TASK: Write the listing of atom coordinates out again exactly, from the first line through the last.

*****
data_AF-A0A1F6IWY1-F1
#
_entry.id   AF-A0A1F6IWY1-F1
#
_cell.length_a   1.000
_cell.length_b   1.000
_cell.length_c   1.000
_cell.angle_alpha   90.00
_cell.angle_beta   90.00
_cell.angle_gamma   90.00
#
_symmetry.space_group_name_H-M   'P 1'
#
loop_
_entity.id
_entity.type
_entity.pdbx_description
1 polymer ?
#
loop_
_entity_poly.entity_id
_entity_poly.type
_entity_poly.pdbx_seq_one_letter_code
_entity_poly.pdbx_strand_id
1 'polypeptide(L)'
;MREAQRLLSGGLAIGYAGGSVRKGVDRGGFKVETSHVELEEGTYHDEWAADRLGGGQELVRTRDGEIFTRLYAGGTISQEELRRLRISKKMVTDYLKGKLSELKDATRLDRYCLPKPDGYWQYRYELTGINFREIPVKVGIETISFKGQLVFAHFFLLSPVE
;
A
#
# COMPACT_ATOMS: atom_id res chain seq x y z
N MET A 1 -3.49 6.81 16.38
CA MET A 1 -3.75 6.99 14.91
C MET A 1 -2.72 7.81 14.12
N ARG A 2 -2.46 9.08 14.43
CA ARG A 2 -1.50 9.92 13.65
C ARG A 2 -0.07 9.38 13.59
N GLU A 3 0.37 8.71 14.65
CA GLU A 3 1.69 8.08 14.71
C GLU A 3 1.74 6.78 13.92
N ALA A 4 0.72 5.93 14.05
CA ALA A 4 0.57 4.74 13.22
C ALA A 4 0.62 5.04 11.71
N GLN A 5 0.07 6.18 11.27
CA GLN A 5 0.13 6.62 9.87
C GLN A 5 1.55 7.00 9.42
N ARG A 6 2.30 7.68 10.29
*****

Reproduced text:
data_AF-A0A1F6IWY1-F1
#
_entry.id   AF-A0A1F6IWY1-F1
#
_cell.length_a   1.000
_cell.length_b   1.000
_cell.length_c   1.000
_cell.angle_alpha   90.00
_cell.angle_beta   90.00
_cell.angle_gamma   90.00
#
_symmetry.space_group_name_H-M   'P 1'
#
loop_
_entity.id
_entity.type
_entity.pdbx_description
1 polymer ?
#
loop_
_entity_poly.entity_id
_entity_poly.type
_entity_poly.pdbx_seq_one_letter_code
_entity_poly.pdbx_strand_id
1 'polypeptide(L)'
;MREAQRLLSGGLAIGYAGGSVRKGVDRGGFKVETSHVELEEGTYHDEWAADRLGGGQELVRTRDGEIFTRLYAGGTISQEELRRLRISKKMVTDYLKGKLSELKDATRLDRYCLPKPDGYWQYRYELTGINFREIPVKVGIETISFKGQLVFAHFFLLSPVE
;
A
#
# COMPACT_ATOMS: atom_id res chain seq x y z
N MET A 1 -3.49 6.81 16.38
CA MET A 1 -3.75 6.99 14.91
C MET A 1 -2.72 7.81 14.12
N ARG A 2 -2.46 9.08 14.43
CA ARG A 2 -1.50 9.92 13.65
C ARG A 2 -0.07 9.38 13.59
N GLU A 3 0.37 8.71 14.65
CA GLU A 3 1.69 8.08 14.71
C GLU A 3 1.74 6.78 13.92
N ALA A 4 0.72 5.93 14.05
CA ALA A 4 0.57 4.74 13.22
C ALA A 4 0.62 5.04 11.71
N GLN A 5 0.07 6.18 11.27
CA GLN A 5 0.13 6.62 9.87
C GLN A 5 1.55 7.00 9.42
N ARG A 6 2.30 7.68 10.29